Arizona-Washington: The X-factor, close calls, prediction timeby Anthony Gimino on Oct. 23, 2010, under Sports
Arizona Wildcats junior quarterback Matt Scott is the X-factor tonight against Washington. You knew that. There are reasons to be optimistic, reasons to be worried.
Let’s start with the sunny side of the street:
Scott has three games of starting experience; he isn’t wide-eyed.
He has, thanks to the tutelage of new quarterbacks coach Frank Scelfo, greatly improved his throwing mechanics. Scott is more accurate and has more velocity because of a more compact throwing motion. Coaches aren’t afraid to let him wing it.
He also is a runner, a guy who can make something out of nothing, a guy who can give the defense something else to scheme for, to worry about.
Arizona coach Mike Stoops said he has just told Matt to play like Matt, that he doesn’t have to prove he can stand back there and pass like Nick Foles. Scott needs to take the ground gains when he sees them.
OK, as for the pessimism:
There’s a reason he has been the No. 2 quarterback for the past 16 games. He’s not as good as Foles, who is out with a knee injury.
Can Scott think his way as well as Foles through a game, make the adjustments at the line of scrimmage, sense the pressure, hit his hot reads?
Just last week Scelfo was telling me that the area in which Foles has really grown is in recognizing fronts and coverages and understanding what would work against them. Foles had just thrown for 440 yards against Oregon State, but that wasn’t what had impressed Scelfo.
“He really played well … but it wasn’t because he threw for 440,” Scelfo said.
“It was because there were some things he did that nobody else sees that put us in position to get those. Some of those guys were wide open because he changed a play at the line and got a guy into that spot.”
Scelfo estimated that Foles might change something at the line of scrimmage about half the time. Maybe he would just alter a route; maybe he would change the play completely. Either way, Foles, according to Scelfo, had been nearly flawless in making those calls.
If Scott as adept at that?
I asked Scelfo on Monday where Scott had grown the most in the past several months.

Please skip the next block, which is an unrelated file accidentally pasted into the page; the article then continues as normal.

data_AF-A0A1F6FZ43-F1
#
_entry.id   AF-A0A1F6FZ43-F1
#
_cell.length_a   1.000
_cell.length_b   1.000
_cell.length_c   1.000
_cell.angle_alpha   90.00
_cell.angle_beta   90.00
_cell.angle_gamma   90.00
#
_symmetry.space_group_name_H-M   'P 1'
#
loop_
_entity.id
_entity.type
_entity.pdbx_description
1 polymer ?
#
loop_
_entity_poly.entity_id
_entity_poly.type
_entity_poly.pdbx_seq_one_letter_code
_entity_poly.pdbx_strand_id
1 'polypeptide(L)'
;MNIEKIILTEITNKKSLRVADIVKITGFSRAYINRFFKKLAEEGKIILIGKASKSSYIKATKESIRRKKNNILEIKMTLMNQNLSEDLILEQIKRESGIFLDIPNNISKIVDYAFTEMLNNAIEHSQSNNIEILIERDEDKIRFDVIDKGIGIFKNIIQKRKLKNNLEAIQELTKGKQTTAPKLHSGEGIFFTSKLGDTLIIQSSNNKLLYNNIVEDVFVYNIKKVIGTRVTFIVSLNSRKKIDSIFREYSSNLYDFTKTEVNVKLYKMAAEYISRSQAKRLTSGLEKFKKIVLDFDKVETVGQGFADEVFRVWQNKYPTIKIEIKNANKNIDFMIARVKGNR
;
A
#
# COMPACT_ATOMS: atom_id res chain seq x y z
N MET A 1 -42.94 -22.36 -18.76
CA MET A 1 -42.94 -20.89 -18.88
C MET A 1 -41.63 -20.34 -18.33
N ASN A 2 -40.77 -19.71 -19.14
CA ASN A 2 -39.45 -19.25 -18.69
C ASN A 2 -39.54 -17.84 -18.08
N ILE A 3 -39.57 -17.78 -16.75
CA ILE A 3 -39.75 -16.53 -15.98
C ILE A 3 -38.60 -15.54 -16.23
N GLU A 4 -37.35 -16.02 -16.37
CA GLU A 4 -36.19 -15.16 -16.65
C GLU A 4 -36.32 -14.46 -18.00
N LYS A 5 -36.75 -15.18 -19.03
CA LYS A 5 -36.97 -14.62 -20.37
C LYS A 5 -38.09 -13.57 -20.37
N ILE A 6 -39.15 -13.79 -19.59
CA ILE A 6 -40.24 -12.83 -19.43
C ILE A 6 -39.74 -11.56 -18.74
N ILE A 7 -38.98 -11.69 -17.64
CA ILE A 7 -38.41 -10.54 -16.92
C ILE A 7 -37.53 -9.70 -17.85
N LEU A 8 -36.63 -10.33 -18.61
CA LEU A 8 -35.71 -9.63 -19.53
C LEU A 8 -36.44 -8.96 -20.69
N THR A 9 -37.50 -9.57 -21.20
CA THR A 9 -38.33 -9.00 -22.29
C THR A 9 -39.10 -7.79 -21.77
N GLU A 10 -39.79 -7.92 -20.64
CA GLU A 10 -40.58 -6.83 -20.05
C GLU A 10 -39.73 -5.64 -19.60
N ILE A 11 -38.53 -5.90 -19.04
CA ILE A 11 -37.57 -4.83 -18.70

“Understanding the offense. That’s the biggest thing for him,” Scelfo said.
“From a maturity standpoint, he’s learned that criticism is not a bad thing, and he understands now what is going on out there on the football field. It’s not just catch and run, or catch it and throw it. It’s actual understanding.”
A couple of other concerns: Can Scott and receiver Juron Criner develop the same kind of chemistry on the deep ball? Does Scott have the moxie to rally the team late in games, as Foles did against Iowa and Cal?
“It starts around Matt, no matter what,” Criner said, talking about where the leadership has to come from with Foles out. “He’s the quarterback. He’s running the show.”
Stoops has a winning record against only one Pac-10 opponent — he’s 5-1 against Washington State — but he has broken even against Arizona State and Washington.
As Ryan Finley of the Arizona Daily Star points out in a story in Saturday’s paper, Stoops’ teams have split six meetings against the Huskies, with Arizona holding a scant 13-point edge, 176-163.
But we’re going to take you a little deeper into the numbers.
Not only has Arizona and Washington been separated by just 13 points in six games, they have been separated by 13 yards.
The Cats have a 2,319 to 2,306 edge.
Arizona can’t just worry about Washington quarterback Jake Locker because the Huskies have plenty of weapons, including running back Chris Polk and receiver Jermaine Kearse.
But containing Locker is always the key. If you were going to pick your poison, you want to make Locker beat you by being a pocket passer. That means Arizona’s hard-charging ends Brooks Reed and Ricky Elmore might want to put on the brakes a bit and not get too far up field, thereby giving Locker room to step up and take off.
Arizona hasn’t played at the highest emotional pitch in the past few games, but it will be a rowdy Homecoming atmosphere in a night game on ESPN … all the ingredients are there for a “play like your hair’s on fire” kind of evening.
Washington already has won two Pac-10 games by a point. Arizona beat Cal by a point and lost to Oregon State by 2.
You can’t expect anything other than a close game.
“It’s going to be a typical Pac-10 game,” Stoops said.
Arizona 28, Washington 27.
More of my Arizona coverage at FoxSportsArizona.com:
More coverage from the TucsonCitizen.com Sports Network:
Javier Morales: Keys to the Game
Scott Terrell: This Week in the Pac-10
Gimino: Arizona’s injury update